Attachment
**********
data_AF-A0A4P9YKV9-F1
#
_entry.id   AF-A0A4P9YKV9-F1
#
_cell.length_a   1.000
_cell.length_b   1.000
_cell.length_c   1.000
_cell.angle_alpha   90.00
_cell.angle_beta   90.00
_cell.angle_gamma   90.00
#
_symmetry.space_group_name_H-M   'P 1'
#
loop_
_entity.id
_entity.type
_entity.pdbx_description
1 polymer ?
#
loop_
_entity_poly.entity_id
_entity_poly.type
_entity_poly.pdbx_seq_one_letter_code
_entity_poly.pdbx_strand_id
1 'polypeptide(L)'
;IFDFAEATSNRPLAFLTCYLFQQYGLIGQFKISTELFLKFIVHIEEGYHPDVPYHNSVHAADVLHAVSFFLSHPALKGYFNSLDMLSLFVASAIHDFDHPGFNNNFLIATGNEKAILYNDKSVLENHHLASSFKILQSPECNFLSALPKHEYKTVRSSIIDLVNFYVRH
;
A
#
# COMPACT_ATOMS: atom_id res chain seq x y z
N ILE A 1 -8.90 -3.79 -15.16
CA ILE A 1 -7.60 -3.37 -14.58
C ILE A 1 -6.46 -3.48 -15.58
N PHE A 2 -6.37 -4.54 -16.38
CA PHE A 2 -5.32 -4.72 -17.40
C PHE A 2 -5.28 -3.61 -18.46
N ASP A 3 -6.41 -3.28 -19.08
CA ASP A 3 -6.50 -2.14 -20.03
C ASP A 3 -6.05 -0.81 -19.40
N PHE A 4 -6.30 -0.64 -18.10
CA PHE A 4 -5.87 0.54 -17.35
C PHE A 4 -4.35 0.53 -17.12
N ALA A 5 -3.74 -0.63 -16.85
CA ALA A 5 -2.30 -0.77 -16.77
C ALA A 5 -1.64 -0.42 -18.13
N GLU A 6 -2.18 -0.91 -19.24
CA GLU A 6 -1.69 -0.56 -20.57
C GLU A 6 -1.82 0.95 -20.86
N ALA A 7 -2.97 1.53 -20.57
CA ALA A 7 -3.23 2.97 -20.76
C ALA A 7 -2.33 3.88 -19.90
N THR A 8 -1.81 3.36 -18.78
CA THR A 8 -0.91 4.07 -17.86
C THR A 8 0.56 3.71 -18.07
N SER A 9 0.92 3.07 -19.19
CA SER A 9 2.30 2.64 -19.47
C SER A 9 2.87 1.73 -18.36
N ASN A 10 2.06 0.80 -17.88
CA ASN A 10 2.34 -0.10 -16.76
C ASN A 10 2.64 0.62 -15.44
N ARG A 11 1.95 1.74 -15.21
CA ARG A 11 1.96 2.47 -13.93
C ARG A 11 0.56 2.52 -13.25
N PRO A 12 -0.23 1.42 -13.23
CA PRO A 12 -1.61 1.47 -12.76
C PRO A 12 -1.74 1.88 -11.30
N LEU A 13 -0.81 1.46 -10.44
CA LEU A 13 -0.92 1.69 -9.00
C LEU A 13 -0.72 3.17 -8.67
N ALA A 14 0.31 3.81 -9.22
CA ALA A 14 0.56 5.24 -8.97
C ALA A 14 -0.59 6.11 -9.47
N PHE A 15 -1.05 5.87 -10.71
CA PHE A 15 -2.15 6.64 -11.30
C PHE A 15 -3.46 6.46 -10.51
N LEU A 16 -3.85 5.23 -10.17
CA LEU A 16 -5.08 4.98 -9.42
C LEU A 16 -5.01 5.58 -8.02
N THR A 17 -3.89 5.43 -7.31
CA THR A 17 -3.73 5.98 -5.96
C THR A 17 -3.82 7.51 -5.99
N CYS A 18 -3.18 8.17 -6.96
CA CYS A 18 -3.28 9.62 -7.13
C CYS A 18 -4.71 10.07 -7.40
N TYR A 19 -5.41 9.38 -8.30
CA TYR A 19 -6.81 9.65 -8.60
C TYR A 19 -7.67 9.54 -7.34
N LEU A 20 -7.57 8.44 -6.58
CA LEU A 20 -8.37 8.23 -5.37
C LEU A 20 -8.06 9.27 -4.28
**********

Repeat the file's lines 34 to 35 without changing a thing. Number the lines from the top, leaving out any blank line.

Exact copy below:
N PHE A 2 -6.37 -4.54 -16.38
CA PHE A 2 -5.32 -4.72 -17.40